A cursory reading of paragraph 4 shows that he has not made any specific denial with regard to the functioning of the plant. At the same time his plea that the plant was operating in earlier periods pursuant to the order of the High Court has been falsified by various orders of the High Court, as noticed above. In paragraph 7 of the reply he has categorically stated that he has not committed any contempt of the order of this Court. The reply in paragraph 7 is interesting. It reads:

"I respectfully say that I have not committed any contempt of the orders of this Hon'ble Court as alleged or otherwise. I say that orders have been passed at the instance of interested persons and at the behest of the D.P.C.C. which had by itself removed the deponent's plant from the list of hazardous industry in proceedings before this Hon'ble Court. I state that the D.P.C.C. has been taking different stands from time to time in the different proceedings in the matter of the hot mix plant of the deponent for ulterior motives and to create self-serving evidence." The statement made in paragraph 7 is all the more contemptuous. He is not only defending his action but to say that all the orders passed by this Court were at the behest of D.P.C.C. and not in public interest is by itself contumacious. Reading the entire paragraphs of the reply, it is in the tone of defiant posture. There is not even a whisper of the apology, muchless unconditional apology, not to speak of remorse and contrition.

In contrast of what has been stated in reply to contempt notice, in the rejoinder affidavit filed by him dated 31st January, 1998 in CM No. 10898 in CWP No. 2746 of 1998, before the High Court, he has stated in clause V thus:

"The petitioners have executed Government contracts for Rs.360.42 lacs and are still having orders for execution of work from Government, Governmental agencies for a sum of Rs.228.00 lacs. Apart from this the petitioners have been found first lowest in various tenders quoted by the petitioners approximately for a sum of Rs. 200 lacs which are also likely to be awarded to the petitioners within the validity period of 3 to 6 months from the date of opening of tenders.." In paragraph 5 it is stated as follows:

"Till date, petitioner has completed various works and is placing on record as Annexure 'A' documents to show that petitioner's unit is functional and is in operation even till today.

It has not been closed down as has been falsely submitted before Hon'ble Supreme Court of India. It may be submitted that petitioners are operating their plant from 'Rangpuri Pahar' which neither reserved forest area nor residential area. " In paragraph 11 it is stated as under:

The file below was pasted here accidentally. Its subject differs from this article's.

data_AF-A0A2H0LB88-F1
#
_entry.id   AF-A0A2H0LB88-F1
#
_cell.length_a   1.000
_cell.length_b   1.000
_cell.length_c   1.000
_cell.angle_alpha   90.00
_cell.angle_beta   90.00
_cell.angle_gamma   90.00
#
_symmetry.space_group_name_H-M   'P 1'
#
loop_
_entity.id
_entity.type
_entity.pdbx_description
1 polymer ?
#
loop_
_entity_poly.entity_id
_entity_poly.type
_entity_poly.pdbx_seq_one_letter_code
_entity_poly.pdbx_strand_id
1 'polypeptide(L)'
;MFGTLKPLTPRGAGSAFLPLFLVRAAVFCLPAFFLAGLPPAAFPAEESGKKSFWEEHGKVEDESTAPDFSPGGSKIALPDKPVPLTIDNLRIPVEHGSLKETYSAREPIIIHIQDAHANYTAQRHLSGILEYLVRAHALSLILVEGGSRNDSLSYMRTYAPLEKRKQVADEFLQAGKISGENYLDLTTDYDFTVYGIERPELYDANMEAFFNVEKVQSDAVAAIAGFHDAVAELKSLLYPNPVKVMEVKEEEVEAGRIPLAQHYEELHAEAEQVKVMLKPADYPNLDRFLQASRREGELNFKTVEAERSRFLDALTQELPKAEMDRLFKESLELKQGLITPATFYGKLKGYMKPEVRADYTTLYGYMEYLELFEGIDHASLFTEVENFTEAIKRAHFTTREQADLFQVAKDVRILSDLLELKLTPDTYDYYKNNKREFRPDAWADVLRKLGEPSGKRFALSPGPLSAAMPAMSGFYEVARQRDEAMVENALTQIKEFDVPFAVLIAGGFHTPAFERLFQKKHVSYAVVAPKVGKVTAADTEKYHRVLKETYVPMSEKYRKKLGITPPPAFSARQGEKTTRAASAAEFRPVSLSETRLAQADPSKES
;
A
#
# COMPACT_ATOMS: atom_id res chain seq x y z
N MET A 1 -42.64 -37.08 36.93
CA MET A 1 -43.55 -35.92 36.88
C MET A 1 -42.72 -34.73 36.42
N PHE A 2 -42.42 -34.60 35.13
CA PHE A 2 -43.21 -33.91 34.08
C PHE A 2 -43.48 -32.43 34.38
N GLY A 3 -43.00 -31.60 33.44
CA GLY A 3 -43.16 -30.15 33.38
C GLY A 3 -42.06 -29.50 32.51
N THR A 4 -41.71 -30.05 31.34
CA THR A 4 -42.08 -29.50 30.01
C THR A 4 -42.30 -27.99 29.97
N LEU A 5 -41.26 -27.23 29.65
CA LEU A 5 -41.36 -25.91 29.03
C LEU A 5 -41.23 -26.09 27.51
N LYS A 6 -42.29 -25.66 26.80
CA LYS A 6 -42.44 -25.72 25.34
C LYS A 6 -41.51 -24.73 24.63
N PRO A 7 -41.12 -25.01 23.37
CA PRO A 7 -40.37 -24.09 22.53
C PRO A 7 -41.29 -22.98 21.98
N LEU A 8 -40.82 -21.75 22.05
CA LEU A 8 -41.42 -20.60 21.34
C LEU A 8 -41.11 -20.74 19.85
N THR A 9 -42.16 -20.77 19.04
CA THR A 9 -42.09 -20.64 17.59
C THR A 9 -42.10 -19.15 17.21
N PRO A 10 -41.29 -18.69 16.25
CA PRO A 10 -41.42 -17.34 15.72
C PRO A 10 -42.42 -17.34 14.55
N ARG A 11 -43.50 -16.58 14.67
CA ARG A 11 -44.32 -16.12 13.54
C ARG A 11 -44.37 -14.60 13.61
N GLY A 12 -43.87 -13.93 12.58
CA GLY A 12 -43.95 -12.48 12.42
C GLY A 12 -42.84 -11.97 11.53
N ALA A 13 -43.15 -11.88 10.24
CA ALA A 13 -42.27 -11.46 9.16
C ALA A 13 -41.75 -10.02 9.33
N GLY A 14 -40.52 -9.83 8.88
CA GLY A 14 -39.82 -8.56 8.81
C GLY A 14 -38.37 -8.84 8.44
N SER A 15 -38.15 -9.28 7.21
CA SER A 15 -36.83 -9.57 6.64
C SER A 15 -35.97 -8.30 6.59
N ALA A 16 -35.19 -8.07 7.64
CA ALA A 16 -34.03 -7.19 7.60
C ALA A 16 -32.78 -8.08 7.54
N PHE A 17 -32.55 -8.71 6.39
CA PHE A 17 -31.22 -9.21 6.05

"It is submitted that petitioner's unit was never closed down execution of contract award by various Governmental Agencies during night time from 9 p.m. to 8 a.m. as permission from Deputy Commissioner of Police (Traffic) was not given to the petitioner due to heavy flow of the traffic on roads during day time." The respondent-contemner, in his own admission, has continued the functioning of the plant which is treated to be as hazardous and noxious industry in total disregard and consistent defiance of the orders passed by this Court with impunity. Mr. Kailash Vasdev, learned Senior counsel's contention, that in the order of 10th October, 1996 the unit of the contemner is excluded inasmuch as the said order covered only 43 hot mix plants and as such the respondent has not committed any contempt, deserves out-right rejection. Firstly, the order dated 10th October, 1996 is of general direction ordering the closer of all industries (HMP) which are hazardous and noxious industries. As already noticed, the plant of the respondent is one of such units, which has been categorized as hazardous and noxious industry by Expert Committee. Secondly, this Court by the order dated 5th December, 1997 included the hot mix plant of the contemner and directed the State government concerned to make available the land for relocation of 44 hot mix plants within three months of the passing of the order. Consequent upon the orders of 5th December, 1997 and 16th January, 1998, the draw of lots was held on 8th February, 1998 at 4.00 p.m. in the office of NCR Board and the respondent had been allotted an alternative site at Dadri. His name appeared at Sl.No.36 of the list.